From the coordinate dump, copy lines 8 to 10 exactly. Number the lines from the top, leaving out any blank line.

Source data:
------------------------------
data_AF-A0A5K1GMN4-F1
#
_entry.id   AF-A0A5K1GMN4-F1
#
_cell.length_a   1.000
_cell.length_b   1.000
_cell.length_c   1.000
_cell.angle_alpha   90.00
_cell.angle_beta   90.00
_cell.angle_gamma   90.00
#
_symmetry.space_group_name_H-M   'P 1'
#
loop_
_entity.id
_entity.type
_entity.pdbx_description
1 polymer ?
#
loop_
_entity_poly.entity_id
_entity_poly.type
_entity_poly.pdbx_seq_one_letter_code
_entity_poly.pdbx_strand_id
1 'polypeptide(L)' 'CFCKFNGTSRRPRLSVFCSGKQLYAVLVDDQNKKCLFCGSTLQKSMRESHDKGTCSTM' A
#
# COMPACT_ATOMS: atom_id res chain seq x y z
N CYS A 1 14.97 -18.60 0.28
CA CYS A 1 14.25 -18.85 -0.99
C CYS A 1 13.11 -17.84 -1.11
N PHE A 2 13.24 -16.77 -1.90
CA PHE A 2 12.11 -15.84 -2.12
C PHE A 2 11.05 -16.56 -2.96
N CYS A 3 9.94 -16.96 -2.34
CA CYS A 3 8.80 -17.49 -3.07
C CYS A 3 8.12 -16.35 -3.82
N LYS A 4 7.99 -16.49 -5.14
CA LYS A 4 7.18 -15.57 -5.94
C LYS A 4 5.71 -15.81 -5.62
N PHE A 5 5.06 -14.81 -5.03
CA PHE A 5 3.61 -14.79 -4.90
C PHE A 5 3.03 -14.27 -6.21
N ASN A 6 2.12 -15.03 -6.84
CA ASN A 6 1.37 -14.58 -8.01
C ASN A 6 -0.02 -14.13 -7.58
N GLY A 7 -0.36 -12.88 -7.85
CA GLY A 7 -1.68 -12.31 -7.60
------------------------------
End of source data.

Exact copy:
_cell.angle_alpha   90.00
_cell.angle_beta   90.00
_cell.angle_gamma   90.00